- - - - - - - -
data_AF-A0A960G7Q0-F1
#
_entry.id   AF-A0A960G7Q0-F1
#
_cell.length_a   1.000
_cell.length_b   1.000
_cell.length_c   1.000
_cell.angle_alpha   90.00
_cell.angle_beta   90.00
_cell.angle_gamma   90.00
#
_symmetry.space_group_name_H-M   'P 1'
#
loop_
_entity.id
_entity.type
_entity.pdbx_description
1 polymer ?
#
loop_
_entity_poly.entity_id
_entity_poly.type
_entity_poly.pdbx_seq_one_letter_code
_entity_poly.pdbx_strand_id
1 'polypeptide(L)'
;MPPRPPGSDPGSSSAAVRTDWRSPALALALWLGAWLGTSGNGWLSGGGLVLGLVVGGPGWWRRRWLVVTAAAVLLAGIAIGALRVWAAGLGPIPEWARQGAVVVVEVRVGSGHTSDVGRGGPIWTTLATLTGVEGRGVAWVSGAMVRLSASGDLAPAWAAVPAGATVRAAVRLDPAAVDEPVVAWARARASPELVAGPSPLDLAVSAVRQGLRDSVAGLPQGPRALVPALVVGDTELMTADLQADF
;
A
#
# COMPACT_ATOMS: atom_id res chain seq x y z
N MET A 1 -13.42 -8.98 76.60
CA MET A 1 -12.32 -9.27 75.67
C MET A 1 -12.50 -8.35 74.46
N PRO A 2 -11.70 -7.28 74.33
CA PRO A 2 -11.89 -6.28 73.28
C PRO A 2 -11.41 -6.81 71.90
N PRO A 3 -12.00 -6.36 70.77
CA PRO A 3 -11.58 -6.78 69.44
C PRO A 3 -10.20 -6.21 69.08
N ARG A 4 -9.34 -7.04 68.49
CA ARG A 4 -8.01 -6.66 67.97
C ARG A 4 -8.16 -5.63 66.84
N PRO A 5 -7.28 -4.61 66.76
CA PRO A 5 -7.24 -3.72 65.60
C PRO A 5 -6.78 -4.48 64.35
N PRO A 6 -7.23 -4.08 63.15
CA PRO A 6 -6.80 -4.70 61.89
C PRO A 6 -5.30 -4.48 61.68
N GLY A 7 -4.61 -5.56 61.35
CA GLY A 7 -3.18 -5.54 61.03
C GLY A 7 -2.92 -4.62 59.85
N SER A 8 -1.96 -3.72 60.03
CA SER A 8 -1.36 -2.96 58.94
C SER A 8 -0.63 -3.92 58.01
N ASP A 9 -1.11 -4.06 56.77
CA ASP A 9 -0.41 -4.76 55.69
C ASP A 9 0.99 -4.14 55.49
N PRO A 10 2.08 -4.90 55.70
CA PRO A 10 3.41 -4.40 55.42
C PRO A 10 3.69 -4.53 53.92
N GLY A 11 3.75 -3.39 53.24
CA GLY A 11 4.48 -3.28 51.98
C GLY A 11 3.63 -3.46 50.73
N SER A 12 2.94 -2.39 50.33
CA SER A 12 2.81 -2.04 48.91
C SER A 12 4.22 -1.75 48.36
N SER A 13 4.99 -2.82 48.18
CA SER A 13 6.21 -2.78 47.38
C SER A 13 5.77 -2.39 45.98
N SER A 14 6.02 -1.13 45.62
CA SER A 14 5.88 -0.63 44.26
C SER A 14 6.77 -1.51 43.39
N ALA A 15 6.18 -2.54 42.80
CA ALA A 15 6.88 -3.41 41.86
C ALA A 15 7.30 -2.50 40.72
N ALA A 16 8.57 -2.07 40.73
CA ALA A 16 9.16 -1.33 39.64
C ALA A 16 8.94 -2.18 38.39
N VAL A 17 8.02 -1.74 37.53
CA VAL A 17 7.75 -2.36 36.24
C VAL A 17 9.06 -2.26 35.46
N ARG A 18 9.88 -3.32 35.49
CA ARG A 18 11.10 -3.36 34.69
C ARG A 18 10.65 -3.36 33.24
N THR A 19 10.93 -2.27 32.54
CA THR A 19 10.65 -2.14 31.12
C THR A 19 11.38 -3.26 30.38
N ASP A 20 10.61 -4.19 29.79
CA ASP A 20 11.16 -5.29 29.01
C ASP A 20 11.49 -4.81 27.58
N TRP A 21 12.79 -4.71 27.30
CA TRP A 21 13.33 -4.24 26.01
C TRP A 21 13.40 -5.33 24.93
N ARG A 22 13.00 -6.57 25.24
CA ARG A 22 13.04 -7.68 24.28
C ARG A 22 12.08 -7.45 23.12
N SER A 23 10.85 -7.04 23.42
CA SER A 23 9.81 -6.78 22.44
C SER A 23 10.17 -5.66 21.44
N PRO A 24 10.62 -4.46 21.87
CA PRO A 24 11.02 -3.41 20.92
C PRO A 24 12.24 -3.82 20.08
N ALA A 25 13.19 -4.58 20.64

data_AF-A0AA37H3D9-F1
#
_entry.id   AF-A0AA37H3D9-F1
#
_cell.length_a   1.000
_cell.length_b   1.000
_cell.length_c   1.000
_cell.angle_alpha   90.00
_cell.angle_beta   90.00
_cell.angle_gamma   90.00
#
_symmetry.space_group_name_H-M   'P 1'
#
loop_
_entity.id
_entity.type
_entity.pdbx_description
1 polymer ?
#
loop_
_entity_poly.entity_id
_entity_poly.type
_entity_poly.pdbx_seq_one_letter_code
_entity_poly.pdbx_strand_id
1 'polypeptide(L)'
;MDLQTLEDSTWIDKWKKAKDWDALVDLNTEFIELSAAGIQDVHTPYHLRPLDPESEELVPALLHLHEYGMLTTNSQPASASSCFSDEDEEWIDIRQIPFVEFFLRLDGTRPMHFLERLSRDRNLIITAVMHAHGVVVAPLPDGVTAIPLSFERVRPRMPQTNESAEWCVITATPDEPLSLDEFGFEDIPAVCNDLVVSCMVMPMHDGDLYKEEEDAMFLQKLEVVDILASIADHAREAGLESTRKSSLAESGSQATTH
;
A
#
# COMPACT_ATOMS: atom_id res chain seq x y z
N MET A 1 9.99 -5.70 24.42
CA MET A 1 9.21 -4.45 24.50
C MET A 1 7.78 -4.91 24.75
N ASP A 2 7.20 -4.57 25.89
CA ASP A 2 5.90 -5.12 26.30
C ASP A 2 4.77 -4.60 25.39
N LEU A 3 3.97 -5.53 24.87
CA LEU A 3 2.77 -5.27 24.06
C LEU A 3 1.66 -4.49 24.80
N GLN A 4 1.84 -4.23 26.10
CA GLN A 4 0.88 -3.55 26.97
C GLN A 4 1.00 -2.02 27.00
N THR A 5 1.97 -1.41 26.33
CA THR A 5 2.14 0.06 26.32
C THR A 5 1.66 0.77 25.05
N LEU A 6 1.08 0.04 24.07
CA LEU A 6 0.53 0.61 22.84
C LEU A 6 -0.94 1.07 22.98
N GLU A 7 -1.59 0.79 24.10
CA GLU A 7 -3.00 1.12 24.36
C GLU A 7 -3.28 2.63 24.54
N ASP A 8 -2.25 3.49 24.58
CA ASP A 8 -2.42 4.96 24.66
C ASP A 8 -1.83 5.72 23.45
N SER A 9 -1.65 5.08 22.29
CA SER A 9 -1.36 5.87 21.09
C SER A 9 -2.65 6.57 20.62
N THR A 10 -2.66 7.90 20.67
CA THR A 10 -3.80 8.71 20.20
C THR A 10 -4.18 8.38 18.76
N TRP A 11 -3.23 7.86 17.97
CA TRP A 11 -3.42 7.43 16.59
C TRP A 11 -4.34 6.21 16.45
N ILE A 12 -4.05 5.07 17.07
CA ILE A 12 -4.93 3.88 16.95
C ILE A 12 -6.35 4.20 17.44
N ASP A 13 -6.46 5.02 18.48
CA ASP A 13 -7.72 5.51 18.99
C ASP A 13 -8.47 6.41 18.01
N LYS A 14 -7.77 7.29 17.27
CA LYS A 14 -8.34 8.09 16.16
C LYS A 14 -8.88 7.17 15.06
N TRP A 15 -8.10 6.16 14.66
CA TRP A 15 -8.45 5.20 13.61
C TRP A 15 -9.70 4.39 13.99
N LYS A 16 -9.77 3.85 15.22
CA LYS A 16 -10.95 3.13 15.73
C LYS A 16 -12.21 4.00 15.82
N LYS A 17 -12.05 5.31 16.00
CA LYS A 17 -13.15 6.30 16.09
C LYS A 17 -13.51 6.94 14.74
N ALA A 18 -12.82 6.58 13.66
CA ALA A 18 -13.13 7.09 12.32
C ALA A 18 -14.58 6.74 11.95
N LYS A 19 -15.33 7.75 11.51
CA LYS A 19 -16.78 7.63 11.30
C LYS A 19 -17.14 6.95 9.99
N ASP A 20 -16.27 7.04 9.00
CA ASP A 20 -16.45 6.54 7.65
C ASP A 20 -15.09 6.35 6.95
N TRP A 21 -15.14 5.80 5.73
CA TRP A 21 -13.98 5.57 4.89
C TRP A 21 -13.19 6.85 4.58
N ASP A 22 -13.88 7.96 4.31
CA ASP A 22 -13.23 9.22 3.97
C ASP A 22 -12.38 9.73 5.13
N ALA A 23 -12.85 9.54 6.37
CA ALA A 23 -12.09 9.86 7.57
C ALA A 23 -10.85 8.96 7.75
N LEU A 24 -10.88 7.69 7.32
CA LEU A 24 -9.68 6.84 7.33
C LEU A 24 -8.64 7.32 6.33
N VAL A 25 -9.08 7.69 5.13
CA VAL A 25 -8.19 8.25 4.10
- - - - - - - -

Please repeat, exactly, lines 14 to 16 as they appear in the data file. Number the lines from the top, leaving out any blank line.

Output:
loop_
_entity.id
_entity.type